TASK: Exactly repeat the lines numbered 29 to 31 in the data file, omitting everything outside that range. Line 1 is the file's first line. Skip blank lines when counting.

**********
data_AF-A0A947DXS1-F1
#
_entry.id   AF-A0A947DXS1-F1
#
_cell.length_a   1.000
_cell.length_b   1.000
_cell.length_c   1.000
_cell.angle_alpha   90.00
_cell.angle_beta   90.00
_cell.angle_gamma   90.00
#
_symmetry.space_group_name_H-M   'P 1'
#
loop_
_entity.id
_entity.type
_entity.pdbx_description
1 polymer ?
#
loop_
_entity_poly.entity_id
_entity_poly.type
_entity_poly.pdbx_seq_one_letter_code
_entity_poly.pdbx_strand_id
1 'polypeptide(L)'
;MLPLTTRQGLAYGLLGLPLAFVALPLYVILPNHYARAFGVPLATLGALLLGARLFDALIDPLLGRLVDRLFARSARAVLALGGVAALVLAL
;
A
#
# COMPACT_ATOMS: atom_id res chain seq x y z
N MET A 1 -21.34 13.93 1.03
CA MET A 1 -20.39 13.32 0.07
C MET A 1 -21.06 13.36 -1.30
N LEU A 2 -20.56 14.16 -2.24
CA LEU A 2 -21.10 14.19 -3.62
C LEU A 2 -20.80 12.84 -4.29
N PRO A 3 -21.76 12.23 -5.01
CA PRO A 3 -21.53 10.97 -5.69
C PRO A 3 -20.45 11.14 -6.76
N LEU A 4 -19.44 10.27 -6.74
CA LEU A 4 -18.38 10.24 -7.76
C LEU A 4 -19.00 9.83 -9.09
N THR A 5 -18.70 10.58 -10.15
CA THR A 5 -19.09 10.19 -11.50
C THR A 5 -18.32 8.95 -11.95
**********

#
# COMPACT_ATOMS: atom_id res chain seq x y z
N MET A 1 -21.34 13.93 1.03